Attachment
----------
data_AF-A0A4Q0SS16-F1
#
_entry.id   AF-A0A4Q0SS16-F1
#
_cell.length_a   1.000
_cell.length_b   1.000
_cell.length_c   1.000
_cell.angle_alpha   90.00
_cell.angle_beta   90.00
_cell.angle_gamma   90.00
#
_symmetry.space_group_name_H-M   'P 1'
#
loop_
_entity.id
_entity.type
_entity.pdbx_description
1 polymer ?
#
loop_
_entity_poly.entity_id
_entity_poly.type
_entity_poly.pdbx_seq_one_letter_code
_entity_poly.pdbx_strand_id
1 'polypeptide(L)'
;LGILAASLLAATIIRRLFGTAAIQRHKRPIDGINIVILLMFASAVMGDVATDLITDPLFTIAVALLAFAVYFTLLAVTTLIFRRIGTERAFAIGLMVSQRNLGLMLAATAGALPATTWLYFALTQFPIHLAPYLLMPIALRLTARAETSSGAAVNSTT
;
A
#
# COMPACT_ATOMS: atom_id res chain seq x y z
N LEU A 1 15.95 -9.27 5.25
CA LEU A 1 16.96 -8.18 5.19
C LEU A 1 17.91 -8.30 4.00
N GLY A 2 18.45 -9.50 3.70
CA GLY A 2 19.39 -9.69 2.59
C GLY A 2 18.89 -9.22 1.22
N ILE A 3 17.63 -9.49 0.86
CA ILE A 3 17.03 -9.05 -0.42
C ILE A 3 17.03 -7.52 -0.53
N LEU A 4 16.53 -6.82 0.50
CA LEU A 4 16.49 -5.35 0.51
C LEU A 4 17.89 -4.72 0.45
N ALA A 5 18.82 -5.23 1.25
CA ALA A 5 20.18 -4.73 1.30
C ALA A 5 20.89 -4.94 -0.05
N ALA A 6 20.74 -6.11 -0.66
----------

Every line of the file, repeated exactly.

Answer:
data_AF-A0A4Q0SS16-F1
#
_entry.id   AF-A0A4Q0SS16-F1
#
_cell.length_a   1.000
_cell.length_b   1.000
_cell.length_c   1.000
_cell.angle_alpha   90.00
_cell.angle_beta   90.00
_cell.angle_gamma   90.00
#
_symmetry.space_group_name_H-M   'P 1'
#
loop_
_entity.id
_entity.type
_entity.pdbx_description
1 polymer ?
#
loop_
_entity_poly.entity_id
_entity_poly.type
_entity_poly.pdbx_seq_one_letter_code
_entity_poly.pdbx_strand_id
1 'polypeptide(L)'
;LGILAASLLAATIIRRLFGTAAIQRHKRPIDGINIVILLMFASAVMGDVATDLITDPLFTIAVALLAFAVYFTLLAVTTLIFRRIGTERAFAIGLMVSQRNLGLMLAATAGALPATTWLYFALTQFPIHLAPYLLMPIALRLTARAETSSGAAVNSTT
;
A
#
# COMPACT_ATOMS: atom_id res chain seq x y z
N LEU A 1 15.95 -9.27 5.25
CA LEU A 1 16.96 -8.18 5.19
C LEU A 1 17.91 -8.30 4.00
N GLY A 2 18.45 -9.50 3.70
CA GLY A 2 19.39 -9.69 2.59
C GLY A 2 18.89 -9.22 1.22
N ILE A 3 17.63 -9.49 0.86
CA ILE A 3 17.03 -9.05 -0.42
C ILE A 3 17.03 -7.52 -0.53
N LEU A 4 16.53 -6.82 0.50
CA LEU A 4 16.49 -5.35 0.51
C LEU A 4 17.89 -4.72 0.45
N ALA A 5 18.82 -5.23 1.25
CA ALA A 5 20.18 -4.73 1.30
C ALA A 5 20.89 -4.94 -0.05
N ALA A 6 20.74 -6.11 -0.66